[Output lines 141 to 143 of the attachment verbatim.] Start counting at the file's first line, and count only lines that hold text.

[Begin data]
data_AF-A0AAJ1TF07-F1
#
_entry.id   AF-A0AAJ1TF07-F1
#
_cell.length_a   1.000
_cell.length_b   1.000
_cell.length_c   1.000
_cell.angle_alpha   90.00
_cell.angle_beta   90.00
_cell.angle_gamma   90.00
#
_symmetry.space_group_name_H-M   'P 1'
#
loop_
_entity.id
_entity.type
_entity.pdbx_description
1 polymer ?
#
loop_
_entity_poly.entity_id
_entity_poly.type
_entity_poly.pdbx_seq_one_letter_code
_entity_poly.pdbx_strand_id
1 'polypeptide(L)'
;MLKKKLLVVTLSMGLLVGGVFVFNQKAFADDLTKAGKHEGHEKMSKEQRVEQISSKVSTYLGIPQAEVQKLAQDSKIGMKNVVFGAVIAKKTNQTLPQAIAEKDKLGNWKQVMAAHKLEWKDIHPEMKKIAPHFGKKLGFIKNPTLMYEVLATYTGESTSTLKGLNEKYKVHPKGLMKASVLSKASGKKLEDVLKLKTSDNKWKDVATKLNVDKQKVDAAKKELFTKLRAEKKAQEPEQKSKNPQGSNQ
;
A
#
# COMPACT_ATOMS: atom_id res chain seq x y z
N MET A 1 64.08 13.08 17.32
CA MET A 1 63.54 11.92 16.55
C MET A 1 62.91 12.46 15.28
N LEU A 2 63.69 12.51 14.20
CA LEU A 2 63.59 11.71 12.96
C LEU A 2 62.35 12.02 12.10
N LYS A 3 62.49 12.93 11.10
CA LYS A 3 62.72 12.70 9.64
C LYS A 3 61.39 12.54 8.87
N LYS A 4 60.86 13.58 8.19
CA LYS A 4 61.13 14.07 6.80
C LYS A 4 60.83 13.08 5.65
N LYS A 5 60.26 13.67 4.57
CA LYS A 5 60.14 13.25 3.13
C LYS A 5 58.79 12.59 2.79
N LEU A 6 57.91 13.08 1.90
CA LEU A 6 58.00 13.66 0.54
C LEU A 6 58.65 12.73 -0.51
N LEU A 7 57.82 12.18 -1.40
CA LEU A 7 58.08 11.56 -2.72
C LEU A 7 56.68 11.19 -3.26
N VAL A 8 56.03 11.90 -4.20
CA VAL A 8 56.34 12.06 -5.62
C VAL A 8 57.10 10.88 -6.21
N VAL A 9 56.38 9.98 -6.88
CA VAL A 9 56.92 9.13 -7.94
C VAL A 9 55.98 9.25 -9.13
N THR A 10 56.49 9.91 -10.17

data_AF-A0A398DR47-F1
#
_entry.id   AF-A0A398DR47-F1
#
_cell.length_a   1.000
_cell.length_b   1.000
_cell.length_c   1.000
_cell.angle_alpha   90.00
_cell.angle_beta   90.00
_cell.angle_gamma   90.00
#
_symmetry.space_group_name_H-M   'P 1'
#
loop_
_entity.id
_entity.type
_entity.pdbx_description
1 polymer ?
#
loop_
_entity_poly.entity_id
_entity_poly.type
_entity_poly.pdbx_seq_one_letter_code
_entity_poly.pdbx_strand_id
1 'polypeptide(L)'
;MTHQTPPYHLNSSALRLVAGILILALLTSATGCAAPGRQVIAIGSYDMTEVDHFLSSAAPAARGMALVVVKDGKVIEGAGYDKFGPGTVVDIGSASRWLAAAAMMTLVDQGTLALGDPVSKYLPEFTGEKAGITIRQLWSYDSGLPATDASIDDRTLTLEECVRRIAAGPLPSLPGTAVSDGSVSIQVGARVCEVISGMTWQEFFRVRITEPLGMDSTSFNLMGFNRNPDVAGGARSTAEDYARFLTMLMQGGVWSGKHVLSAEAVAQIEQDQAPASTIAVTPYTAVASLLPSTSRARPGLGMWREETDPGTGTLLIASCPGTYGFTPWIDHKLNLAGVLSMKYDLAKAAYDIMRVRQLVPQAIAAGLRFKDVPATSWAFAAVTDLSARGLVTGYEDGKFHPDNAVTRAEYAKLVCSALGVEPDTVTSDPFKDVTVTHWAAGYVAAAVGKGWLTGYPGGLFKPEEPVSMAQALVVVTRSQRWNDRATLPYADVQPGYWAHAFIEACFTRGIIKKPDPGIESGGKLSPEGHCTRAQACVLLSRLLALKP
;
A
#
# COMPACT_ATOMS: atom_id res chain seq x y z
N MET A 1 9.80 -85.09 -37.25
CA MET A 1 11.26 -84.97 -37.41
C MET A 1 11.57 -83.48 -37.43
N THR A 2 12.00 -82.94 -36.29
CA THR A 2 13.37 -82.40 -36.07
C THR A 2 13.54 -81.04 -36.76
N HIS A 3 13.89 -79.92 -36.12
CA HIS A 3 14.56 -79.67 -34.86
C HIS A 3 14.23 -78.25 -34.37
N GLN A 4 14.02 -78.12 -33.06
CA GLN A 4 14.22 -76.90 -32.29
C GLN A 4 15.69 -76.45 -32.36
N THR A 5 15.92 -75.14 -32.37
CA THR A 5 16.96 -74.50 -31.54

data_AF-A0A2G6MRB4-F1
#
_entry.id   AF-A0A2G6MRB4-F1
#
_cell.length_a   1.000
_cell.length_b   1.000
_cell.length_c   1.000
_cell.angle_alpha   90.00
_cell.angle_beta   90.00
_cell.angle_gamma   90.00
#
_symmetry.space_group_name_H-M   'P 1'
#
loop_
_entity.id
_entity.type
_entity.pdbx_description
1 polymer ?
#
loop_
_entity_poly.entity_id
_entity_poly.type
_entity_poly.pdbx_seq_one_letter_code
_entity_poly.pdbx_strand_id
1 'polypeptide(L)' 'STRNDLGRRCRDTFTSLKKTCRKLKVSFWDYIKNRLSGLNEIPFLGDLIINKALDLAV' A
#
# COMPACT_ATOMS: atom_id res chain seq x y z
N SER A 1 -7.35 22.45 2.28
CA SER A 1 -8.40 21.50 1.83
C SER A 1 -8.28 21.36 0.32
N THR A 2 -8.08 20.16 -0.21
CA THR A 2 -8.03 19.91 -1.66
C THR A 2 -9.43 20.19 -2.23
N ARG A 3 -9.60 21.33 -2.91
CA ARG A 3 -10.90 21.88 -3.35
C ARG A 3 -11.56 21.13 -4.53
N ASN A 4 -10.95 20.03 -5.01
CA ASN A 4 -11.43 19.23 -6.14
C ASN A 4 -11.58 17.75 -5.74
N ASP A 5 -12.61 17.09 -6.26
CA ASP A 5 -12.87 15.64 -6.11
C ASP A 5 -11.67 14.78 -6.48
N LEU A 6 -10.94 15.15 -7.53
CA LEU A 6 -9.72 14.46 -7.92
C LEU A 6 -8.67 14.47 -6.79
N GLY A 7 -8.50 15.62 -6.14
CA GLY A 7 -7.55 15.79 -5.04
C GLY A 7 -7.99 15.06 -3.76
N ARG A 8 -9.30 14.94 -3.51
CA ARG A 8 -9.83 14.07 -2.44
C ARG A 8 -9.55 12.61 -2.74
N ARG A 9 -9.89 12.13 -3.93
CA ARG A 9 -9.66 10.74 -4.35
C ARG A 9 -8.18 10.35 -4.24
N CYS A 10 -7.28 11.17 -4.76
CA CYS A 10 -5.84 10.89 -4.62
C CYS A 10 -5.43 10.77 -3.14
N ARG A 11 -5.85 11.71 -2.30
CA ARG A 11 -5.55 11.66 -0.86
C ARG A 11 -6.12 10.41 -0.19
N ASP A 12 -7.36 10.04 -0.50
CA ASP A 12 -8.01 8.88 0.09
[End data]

C ASN A 4 -11.58 17.75 -5.74
N ASP A 5 -12.61 17.09 -6.26
CA ASP A 5 -12.87 15.64 -6.11